The human species is busily committing suicide by allowing itself to be murdered by greedy and stupid industrialists, politicians, and bogus "scientists".

They are aided by religionuts who oppose birth control and education, which would control over-population .
 
 
+1 # James38 2012-05-07 18:23
It is sad that few people are actively paying attention to this discussion. It is of great importance since the more the present toxic injections continue, the more and longer we will have contaminated water supplies in large parts of the country.

There are no studies showing how long such toxicity may continue, but I am afraid it could be for many years, even centuries. This is a type of heedless endangerment that is not justifiable. We fundamentally need to quit burning fossil carbon completely, not be seeking more sources of it, and certainly not seeking sources in this manner which compounds the negative effects.

With Fracking we not only get more fossil carbon to burn, we get contaminated water. You have all heard of win-win strategies. This is a Lose-Lose strategy of the most awful and ignorant sort.
 
 
+1 # man4earth 2012-05-07 19:13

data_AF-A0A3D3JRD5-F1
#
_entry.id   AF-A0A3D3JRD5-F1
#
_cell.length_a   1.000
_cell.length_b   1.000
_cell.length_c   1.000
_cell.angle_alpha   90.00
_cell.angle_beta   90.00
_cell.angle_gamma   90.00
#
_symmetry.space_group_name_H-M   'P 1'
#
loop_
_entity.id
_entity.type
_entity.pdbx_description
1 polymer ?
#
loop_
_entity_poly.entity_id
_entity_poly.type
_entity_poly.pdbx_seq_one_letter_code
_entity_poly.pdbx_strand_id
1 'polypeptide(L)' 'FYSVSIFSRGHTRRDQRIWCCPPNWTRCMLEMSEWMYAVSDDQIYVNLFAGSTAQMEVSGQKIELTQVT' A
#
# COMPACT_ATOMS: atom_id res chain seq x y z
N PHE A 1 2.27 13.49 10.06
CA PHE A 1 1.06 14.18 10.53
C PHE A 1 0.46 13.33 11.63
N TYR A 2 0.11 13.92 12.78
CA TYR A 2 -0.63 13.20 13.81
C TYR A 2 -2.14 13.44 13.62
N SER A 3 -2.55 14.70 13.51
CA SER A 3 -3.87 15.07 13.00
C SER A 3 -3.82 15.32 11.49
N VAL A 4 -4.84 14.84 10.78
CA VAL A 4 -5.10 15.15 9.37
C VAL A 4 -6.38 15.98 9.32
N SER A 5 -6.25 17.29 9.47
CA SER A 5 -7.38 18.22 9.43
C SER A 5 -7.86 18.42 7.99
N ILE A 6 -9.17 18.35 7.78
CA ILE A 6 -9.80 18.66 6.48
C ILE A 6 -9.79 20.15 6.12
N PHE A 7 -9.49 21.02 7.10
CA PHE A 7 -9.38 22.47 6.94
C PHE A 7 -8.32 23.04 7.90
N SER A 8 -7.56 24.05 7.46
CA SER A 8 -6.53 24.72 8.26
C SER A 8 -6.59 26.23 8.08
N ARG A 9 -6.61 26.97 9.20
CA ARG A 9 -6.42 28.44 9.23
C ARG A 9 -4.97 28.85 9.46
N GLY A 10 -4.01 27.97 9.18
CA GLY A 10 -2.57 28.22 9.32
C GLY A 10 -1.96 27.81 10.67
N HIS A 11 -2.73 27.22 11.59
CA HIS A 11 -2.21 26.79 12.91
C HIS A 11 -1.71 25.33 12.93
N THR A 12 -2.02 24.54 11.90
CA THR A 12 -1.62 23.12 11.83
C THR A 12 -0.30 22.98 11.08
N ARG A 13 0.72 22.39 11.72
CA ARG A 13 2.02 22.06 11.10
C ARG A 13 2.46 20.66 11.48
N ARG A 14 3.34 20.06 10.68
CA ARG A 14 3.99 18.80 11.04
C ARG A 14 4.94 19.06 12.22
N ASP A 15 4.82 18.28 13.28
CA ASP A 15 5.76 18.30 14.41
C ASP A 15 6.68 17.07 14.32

The only path forward in energy, is renewables. Solar, ocean wave, geothermal and responsibly placed wind turbines need to be installed at a dramatically increased rate, so that dangerous nuclear and fossil fuel plants can be phased-out asap. We need this planet to be clean and healthy, so we can survive happy and healthy. Hurry, time is running out!
 
 
0 # James38 2012-05-08 09:27
man4earth, a few years ago I would have made such a statement. I was also opposed to nuclear energy. However, I continued to study the field, and finally discovered that modern reactor designs have completely changed the safety picture. You need to look up LIFTR (Liquid Fluoride Thorium Reactor) and other modern Generation 4 designs. They are not only inherently safe, shutting down automatically with no external power or operator intervention required at all, but they can be designed to burn the existing stockpiles of "Nuclear Waste" as fuel, giving us power for hundreds of years and solving the storage problem.

Go to: http://energyfromthorium.com/timeline/